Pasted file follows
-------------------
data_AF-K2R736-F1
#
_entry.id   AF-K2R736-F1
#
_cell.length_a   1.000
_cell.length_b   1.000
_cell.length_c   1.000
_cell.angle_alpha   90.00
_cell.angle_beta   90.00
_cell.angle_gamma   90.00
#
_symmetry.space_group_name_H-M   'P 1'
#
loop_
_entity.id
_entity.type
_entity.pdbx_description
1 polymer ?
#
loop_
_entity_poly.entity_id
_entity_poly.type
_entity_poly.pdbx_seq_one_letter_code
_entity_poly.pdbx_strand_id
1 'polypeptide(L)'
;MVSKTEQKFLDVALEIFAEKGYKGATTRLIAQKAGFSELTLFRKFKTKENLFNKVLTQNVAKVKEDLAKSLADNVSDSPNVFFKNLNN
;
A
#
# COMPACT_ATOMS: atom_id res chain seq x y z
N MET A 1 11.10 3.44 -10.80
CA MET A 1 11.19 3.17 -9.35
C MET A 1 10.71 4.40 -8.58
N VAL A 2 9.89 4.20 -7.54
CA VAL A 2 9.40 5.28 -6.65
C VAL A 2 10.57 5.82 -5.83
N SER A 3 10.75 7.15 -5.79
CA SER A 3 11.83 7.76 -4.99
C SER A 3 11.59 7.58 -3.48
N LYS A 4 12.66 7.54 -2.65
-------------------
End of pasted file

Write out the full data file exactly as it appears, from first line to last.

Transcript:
data_AF-K2R736-F1
#
_entry.id   AF-K2R736-F1
#
_cell.length_a   1.000
_cell.length_b   1.000
_cell.length_c   1.000
_cell.angle_alpha   90.00
_cell.angle_beta   90.00
_cell.angle_gamma   90.00
#
_symmetry.space_group_name_H-M   'P 1'
#
loop_
_entity.id
_entity.type
_entity.pdbx_description
1 polymer ?
#
loop_
_entity_poly.entity_id
_entity_poly.type
_entity_poly.pdbx_seq_one_letter_code
_entity_poly.pdbx_strand_id
1 'polypeptide(L)'
;MVSKTEQKFLDVALEIFAEKGYKGATTRLIAQKAGFSELTLFRKFKTKENLFNKVLTQNVAKVKEDLAKSLADNVSDSPNVFFKNLNN
;
A
#
# COMPACT_ATOMS: atom_id res chain seq x y z
N MET A 1 11.10 3.44 -10.80
CA MET A 1 11.19 3.17 -9.35
C MET A 1 10.71 4.40 -8.58
N VAL A 2 9.89 4.20 -7.54
CA VAL A 2 9.40 5.28 -6.65
C VAL A 2 10.57 5.82 -5.83
N SER A 3 10.75 7.15 -5.79
CA SER A 3 11.83 7.76 -4.99
C SER A 3 11.59 7.58 -3.48
N LYS A 4 12.66 7.54 -2.65